Classification and Prediction: The framework consists of two steps: (1) Unsupervised dimensionality reduction, using generative deep learning algorithm RBM1 that performs a nonlinear compression of the input features followed by (2) Supervised machine learning method, using RF2 for classification of the disease (Fig. 1). RBM provides an energy-compact and de-noised mapping of the feature matrix to a lower dimensional space, overcoming the issue of overfitting. RBM network architecture (Fig.1) consists of a bipartite graphical model where the input layer does a probabilistic activation of the output layer using a nonlinear energy function. Reconstruction of the input layer follows the same logic. Weights were optimized over several iterations of the construction and reconstruction of the two layers. The number of hidden units was always set to be lower than the number of input nodes for dimensionality reduction. The compressed features from RBM along with the class labels (R or NR) were given as inputs to the RF classifier, for predicting labels (R or NR) for a test patient cohort at 3-months post-injury.

Experiments and Results

Among the 55 subjects, 33 subjects (19 R and 14 NR) are used for training and 22 subjects (18 R and 4 NR) for testing. Based on performance from multiple experiments, the hyper parameters of RBM were set as learning rate=0.15, number of hidden nodes=20, and the number of iterations=20 to obtain convergence. For RF we set the number of trees=25 and depth=4. Since the number of data sets in the two classes were not balanced, Area Under the Curve (AUC) was used as the gold standard for assessing the classification performance. We estimated goodness-of-fit of the model on the trained data and obtained an AUC of 82% (Fig.2). There was no overlap between train and test data, and the AUC for test data was 81% (Fig.2). All the NR cases in testing were correctly classified. The training and testing AUCs were comparable, which showed that there was no overfitting.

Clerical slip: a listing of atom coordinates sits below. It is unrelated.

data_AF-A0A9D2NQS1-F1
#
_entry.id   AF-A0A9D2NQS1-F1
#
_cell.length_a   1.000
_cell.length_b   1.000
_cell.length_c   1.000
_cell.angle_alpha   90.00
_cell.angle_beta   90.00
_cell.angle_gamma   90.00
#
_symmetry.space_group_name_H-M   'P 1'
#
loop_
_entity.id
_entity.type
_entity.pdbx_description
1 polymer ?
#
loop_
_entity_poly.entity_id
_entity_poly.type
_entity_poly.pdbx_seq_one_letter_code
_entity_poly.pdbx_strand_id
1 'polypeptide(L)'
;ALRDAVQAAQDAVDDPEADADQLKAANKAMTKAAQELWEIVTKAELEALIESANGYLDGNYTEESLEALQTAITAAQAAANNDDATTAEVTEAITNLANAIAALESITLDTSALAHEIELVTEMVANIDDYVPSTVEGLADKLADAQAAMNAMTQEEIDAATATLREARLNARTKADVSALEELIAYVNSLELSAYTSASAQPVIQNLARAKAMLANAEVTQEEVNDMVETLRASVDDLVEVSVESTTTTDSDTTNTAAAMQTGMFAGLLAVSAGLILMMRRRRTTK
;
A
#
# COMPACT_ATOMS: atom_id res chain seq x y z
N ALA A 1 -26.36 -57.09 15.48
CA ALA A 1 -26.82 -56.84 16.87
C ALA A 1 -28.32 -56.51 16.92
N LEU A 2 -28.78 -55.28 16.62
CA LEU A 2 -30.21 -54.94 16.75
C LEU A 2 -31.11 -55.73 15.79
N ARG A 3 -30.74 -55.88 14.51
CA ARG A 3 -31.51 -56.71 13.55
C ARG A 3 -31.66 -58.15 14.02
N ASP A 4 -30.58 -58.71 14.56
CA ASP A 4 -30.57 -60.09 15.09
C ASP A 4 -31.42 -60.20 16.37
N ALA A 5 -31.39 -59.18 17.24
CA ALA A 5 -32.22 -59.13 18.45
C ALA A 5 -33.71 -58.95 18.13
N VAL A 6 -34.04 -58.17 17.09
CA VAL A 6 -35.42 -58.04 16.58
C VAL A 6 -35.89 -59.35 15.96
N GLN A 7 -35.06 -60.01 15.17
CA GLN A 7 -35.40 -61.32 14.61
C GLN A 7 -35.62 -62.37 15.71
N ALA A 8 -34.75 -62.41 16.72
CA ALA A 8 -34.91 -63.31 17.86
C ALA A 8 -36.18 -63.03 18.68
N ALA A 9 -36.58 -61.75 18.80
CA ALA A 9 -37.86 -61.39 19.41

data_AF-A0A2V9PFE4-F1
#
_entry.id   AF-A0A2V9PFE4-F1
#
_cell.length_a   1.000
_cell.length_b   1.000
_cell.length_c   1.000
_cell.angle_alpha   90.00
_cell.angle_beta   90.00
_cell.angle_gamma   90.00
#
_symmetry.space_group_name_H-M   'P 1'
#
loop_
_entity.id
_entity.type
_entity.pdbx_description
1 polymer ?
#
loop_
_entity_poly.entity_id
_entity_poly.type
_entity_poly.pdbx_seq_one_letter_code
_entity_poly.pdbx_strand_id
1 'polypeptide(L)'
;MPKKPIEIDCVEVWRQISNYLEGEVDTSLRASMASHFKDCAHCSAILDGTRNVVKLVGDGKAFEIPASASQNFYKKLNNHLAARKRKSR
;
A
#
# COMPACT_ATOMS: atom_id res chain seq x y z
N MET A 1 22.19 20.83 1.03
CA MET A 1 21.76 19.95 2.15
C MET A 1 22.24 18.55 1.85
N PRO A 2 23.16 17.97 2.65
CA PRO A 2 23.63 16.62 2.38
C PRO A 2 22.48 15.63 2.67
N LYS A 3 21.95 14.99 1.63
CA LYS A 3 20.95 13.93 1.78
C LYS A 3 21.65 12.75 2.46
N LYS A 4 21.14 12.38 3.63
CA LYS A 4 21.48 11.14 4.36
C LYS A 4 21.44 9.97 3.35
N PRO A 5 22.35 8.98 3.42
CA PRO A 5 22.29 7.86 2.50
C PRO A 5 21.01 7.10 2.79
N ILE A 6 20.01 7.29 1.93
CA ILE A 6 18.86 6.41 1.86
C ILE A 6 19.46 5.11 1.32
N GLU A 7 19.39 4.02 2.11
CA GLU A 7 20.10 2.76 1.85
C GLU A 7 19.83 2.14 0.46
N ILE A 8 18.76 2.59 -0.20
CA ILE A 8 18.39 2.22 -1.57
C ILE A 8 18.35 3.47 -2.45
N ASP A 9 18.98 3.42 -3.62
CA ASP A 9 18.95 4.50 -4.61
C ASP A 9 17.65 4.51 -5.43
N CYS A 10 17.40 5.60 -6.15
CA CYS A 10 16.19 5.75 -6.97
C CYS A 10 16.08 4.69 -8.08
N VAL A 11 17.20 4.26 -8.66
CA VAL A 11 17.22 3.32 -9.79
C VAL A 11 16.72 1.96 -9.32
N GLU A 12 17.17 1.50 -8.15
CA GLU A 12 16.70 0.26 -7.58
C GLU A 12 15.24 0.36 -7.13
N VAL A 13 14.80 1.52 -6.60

Here, we propose a novel framework for classification (or prediction) from rs-fMRI connectomics using a combination of unsupervised deep learning method and supervised learning methods. The framework solves the number of features >> number of subjects problem in learning methods while using rs-fMRI connectomics. Though we have used RBM in this study, other deep-learning dimensionality reduction techniques like auto-encoders and deep-belief networks could potentially be used for this problem. While we have applied this to mTBI, this framework could easily be extended for longitudinal disease prediction in other neurological disorders.


No acknowledgement found.


1. Hinton G. E., Osindero S., Teh Y. W. (2006). A fast learning algorithm for deep belief nets. Neural Comput. 18, 1527–1554 10.1162/neco.2006.18.7.1527

2. Criminisi A. and Shotton J., Med. Comp. Vis. Recog. Tech. Appl. In Med. Imag., pp. 106 –117, 2011

3. Behzadi, Y., Restom, K., Liau, J. & Liu, T. T. A component based noise correction method (CompCor) for BOLD and perfusion based fMRI. NeuroImage 37, 90-101, (2007).

4. Shirer, W. R., Ryali, S., Rykhlevskaia, E., Menon, V. & Greicius, M. D. Decoding subject-driven cognitive states with whole-brain connectivity patterns. Cerebral cortex 22, 158-165, doi:10.1093/cercor/bhr099 (2012).


Framework for automated prediction of disease outcome. The framework consists of two steps (1) Feature dimensionality reduction using RBM (Unsupervised) (2) Prediction using RF (Supervised).

Area under curve to assess classification performance for train and test data.

Proc. Intl. Soc. Mag. Reson. Med. 25 (2017)